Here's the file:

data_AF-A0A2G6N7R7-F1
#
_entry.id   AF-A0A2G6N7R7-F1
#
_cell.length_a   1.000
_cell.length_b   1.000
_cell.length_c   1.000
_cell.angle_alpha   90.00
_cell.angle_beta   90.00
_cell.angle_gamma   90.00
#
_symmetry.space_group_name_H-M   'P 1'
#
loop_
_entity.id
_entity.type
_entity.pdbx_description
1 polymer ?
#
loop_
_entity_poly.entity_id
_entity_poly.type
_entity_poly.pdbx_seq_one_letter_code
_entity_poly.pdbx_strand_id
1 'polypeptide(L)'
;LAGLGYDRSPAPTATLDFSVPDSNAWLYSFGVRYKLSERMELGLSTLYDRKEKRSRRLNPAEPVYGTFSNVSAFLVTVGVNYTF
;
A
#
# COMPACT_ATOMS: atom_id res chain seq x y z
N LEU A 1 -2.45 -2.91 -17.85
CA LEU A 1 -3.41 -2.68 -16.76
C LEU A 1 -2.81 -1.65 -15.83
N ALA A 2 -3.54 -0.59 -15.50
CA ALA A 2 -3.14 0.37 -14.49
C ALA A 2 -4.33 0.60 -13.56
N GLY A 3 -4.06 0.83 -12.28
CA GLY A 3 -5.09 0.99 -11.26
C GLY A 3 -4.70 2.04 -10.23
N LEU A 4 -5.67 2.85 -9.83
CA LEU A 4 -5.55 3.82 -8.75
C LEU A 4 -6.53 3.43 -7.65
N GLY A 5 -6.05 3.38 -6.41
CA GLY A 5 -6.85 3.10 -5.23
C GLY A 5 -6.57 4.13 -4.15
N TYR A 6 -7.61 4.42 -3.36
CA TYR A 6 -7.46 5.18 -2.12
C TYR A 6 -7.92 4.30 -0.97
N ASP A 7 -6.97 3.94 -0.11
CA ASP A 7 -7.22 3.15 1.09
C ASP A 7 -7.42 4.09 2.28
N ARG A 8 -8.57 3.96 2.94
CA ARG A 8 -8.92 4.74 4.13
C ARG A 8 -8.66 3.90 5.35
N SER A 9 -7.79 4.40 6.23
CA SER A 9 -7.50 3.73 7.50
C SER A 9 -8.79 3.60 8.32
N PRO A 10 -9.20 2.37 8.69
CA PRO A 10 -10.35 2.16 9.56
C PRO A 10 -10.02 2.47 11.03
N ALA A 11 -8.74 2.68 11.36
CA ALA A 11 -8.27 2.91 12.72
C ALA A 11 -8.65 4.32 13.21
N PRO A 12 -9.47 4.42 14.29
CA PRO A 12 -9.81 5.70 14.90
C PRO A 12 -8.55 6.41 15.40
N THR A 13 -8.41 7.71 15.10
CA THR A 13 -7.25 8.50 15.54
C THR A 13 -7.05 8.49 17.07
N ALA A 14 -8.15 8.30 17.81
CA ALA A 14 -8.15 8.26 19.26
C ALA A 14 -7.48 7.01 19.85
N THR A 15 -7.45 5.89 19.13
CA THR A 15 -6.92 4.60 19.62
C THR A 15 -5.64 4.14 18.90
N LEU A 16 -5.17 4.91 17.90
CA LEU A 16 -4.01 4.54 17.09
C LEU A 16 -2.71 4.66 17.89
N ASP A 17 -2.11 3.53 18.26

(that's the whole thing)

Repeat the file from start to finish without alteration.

data_AF-A0A2G6N7R7-F1
#
_entry.id   AF-A0A2G6N7R7-F1
#
_cell.length_a   1.000
_cell.length_b   1.000
_cell.length_c   1.000
_cell.angle_alpha   90.00
_cell.angle_beta   90.00
_cell.angle_gamma   90.00
#
_symmetry.space_group_name_H-M   'P 1'
#
loop_
_entity.id
_entity.type
_entity.pdbx_description
1 polymer ?
#
loop_
_entity_poly.entity_id
_entity_poly.type
_entity_poly.pdbx_seq_one_letter_code
_entity_poly.pdbx_strand_id
1 'polypeptide(L)'
;LAGLGYDRSPAPTATLDFSVPDSNAWLYSFGVRYKLSERMELGLSTLYDRKEKRSRRLNPAEPVYGTFSNVSAFLVTVGVNYTF
;
A
#
# COMPACT_ATOMS: atom_id res chain seq x y z
N LEU A 1 -2.45 -2.91 -17.85
CA LEU A 1 -3.41 -2.68 -16.76
C LEU A 1 -2.81 -1.65 -15.83
N ALA A 2 -3.54 -0.59 -15.50
CA ALA A 2 -3.14 0.37 -14.49
C ALA A 2 -4.33 0.60 -13.56
N GLY A 3 -4.06 0.83 -12.28
CA GLY A 3 -5.09 0.99 -11.26
C GLY A 3 -4.70 2.04 -10.23
N LEU A 4 -5.67 2.85 -9.83
CA LEU A 4 -5.55 3.82 -8.75
C LEU A 4 -6.53 3.43 -7.65
N GLY A 5 -6.05 3.38 -6.41
CA GLY A 5 -6.85 3.10 -5.23
C GLY A 5 -6.57 4.13 -4.15
N TYR A 6 -7.61 4.42 -3.36
CA TYR A 6 -7.46 5.18 -2.12
C TYR A 6 -7.92 4.30 -0.97
N ASP A 7 -6.97 3.94 -0.11
CA ASP A 7 -7.22 3.15 1.09
C ASP A 7 -7.42 4.09 2.28
N ARG A 8 -8.57 3.96 2.94
CA ARG A 8 -8.92 4.74 4.13
C ARG A 8 -8.66 3.90 5.35
N SER A 9 -7.79 4.40 6.23
CA SER A 9 -7.50 3.73 7.50
C SER A 9 -8.79 3.60 8.32
N PRO A 10 -9.20 2.37 8.69
CA PRO A 10 -10.35 2.16 9.56
C PRO A 10 -10.02 2.47 11.03
N ALA A 11 -8.74 2.68 11.36
CA ALA A 11 -8.27 2.91 12.72
C ALA A 11 -8.65 4.32 13.21
N PRO A 12 -9.47 4.42 14.29
CA PRO A 12 -9.81 5.70 14.90
C PRO A 12 -8.55 6.41 15.40
N THR A 13 -8.41 7.71 15.10
CA THR A 13 -7.25 8.50 15.54
C THR A 13 -7.05 8.49 17.07
N ALA A 14 -8.15 8.30 17.81
CA ALA A 14 -8.15 8.26 19.26
C ALA A 14 -7.48 7.01 19.85
N THR A 15 -7.45 5.89 19.13
CA THR A 15 -6.92 4.60 19.62
C THR A 15 -5.64 4.14 18.90
N LEU A 16 -5.17 4.91 17.90
CA LEU A 16 -4.01 4.54 17.09
C LEU A 16 -2.71 4.66 17.89
N ASP A 17 -2.11 3.53 18.26